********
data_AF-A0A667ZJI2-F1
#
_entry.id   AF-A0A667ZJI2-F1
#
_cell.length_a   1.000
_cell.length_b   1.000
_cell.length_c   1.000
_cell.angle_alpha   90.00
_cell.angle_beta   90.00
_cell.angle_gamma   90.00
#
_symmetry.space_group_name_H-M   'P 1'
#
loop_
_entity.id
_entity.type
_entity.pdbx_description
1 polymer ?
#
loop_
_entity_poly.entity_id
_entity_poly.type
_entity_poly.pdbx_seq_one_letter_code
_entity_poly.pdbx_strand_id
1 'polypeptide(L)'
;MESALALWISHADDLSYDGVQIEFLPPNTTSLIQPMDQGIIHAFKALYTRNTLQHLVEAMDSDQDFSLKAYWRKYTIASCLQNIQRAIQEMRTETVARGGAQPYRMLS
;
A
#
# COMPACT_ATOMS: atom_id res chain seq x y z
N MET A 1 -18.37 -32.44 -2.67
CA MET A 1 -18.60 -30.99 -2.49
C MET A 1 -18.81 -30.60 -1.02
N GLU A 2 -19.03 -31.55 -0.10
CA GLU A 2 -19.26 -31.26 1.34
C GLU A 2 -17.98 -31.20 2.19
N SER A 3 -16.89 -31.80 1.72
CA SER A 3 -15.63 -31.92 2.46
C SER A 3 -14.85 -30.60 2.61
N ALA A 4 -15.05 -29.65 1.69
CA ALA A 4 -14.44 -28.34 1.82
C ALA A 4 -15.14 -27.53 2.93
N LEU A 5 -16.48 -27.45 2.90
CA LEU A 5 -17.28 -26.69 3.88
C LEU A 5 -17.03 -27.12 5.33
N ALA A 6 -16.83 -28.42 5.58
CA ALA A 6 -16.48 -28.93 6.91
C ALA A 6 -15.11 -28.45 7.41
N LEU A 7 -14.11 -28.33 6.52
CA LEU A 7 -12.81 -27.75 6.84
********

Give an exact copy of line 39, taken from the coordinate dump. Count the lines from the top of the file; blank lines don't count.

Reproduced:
C SER A 3 -14.85 -30.60 2.61